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Genealogy and Family History in Mongolia is an introduction to such records and can be found in the Proceedings of the World Conference on Records - 1980, Vol 11. (929.1 W893 1980)

In Asia, probably no nation or people can match the Chinese in the field of genealogy and family histories. In contrast, the Mongols, whose way of life was pastoral-nomadic and whose writing system did not develop until 1204, could not maintain such excellent records as their neighbors. However, because of the basic dynamic of Mongolian society and their strict exogamous marriage system, they kept a purity of blood lines in their clan-lineages and preserved their genealogy with great care. It was memorized and transmitted orally by the elders to their youth from generation to generation. The first dependable recorded source of this type of oral genealogy is the well-known Secret History of the Mongols, written in the 1240s in the Mongolian language.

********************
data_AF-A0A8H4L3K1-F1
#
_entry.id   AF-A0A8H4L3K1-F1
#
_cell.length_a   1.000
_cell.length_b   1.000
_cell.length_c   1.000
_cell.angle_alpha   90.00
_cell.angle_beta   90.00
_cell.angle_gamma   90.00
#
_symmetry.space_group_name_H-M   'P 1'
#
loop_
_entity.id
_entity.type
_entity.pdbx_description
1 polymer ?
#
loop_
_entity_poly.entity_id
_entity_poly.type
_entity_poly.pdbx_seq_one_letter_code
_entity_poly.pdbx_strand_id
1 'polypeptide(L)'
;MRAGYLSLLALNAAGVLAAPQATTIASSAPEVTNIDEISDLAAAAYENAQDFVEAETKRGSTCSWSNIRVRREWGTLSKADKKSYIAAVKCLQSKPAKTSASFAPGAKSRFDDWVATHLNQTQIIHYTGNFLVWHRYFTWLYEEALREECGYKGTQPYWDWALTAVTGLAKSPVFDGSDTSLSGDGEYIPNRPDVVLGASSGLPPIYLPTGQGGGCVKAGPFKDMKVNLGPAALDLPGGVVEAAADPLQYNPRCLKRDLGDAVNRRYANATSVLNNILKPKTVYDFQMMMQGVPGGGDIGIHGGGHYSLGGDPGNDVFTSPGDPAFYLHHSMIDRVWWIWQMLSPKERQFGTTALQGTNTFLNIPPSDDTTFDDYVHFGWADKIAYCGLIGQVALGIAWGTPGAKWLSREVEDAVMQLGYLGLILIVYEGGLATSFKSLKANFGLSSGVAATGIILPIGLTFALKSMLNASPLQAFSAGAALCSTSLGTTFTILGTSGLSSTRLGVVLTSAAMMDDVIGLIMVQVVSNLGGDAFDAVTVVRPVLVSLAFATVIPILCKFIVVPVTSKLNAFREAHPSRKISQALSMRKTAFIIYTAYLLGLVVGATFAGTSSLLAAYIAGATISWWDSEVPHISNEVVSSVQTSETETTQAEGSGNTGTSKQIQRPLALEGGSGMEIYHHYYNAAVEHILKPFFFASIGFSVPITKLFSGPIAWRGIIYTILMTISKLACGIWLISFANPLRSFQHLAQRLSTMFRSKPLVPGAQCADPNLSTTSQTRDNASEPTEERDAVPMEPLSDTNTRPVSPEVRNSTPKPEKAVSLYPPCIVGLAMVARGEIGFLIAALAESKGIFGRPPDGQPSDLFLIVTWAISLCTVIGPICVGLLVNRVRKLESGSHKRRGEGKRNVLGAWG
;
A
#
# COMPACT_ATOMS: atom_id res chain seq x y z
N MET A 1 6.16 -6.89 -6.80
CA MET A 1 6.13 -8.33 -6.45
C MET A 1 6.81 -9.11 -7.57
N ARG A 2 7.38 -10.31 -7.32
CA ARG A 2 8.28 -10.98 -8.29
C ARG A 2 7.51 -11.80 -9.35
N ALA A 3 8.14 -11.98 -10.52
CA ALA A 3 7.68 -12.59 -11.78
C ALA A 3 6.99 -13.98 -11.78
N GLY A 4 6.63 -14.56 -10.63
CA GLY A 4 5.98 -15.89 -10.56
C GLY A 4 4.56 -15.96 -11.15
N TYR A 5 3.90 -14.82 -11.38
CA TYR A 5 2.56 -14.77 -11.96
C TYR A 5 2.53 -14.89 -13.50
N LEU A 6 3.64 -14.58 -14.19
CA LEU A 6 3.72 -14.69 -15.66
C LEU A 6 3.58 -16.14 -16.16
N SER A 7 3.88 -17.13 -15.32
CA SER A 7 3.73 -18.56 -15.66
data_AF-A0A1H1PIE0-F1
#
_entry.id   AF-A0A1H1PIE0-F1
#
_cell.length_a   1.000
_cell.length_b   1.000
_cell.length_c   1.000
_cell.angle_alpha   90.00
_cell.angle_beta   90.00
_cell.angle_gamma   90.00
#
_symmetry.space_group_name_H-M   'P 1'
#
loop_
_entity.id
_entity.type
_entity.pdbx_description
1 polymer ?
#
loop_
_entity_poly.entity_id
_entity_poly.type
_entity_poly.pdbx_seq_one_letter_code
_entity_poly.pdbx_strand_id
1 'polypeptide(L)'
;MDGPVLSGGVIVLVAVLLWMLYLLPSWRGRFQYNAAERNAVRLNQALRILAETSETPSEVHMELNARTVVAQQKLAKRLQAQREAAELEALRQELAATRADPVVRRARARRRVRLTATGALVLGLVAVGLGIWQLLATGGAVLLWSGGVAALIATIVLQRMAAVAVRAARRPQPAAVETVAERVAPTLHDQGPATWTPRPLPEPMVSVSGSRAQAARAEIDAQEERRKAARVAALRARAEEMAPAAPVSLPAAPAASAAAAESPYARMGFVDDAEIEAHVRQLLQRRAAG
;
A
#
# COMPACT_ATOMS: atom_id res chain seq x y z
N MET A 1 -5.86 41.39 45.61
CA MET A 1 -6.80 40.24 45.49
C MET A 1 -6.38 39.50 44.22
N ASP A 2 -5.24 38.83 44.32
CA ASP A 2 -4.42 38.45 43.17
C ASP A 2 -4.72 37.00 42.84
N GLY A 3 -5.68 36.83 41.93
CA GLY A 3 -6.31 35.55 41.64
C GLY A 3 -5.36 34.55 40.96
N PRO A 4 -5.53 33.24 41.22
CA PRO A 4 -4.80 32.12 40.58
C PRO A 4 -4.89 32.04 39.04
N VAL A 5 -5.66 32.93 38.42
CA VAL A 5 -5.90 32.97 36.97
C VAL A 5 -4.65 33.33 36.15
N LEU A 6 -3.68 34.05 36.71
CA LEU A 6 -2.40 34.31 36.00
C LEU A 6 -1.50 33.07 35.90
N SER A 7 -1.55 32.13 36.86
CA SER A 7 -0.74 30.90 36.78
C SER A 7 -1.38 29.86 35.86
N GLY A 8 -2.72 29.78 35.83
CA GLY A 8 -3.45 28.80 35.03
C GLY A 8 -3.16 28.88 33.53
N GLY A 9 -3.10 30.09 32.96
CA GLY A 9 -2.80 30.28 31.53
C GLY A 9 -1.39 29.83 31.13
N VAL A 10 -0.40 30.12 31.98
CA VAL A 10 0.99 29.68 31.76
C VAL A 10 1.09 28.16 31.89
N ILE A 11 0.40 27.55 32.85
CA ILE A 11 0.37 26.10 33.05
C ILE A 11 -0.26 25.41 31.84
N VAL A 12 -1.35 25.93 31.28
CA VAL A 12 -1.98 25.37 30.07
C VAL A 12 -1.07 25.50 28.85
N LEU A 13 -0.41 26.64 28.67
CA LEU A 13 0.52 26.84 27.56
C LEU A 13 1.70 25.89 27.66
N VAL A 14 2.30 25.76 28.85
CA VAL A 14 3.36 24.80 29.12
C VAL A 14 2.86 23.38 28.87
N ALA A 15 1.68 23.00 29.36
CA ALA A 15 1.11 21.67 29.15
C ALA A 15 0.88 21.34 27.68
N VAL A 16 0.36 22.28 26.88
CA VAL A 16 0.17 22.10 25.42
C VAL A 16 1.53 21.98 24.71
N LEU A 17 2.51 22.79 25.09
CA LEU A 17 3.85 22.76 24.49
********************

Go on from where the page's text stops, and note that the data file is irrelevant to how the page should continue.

As for Mongolian family history, some of the old elite families had historical records but these records were uncommon among the illiterate common people. Nevertheless, the oral tradition of nomadic heritage continued, according to which the elders faithfully remembered by heart the stories and genealogy of their own family. Unfortunately, from the 1920s, because of the Communist revolution, this precious oral tradition with its associated memories has declined.

From a Dick Eastman newsletters comes this:

The genealogy of a Mongol family related to the descendants of the great Mongol Emperor Genghis Khan has been included in China's list of ancient archives. The eight-meter-long (24 feet) document of Tulin Gujen's family lists 14 generations with over 1,900 Mongols, most of whom served as high-ranking officials, from 1635 to the early 1900s, said Zhao Yunpeng, deputy head of the Liaoning Provincial Archives.

The genealogy, reportedly the largest ever found, is kept at the archives of Harqin Left Wing Mongolian Autonomous County, west of Liaoning Province, northeast China.


 

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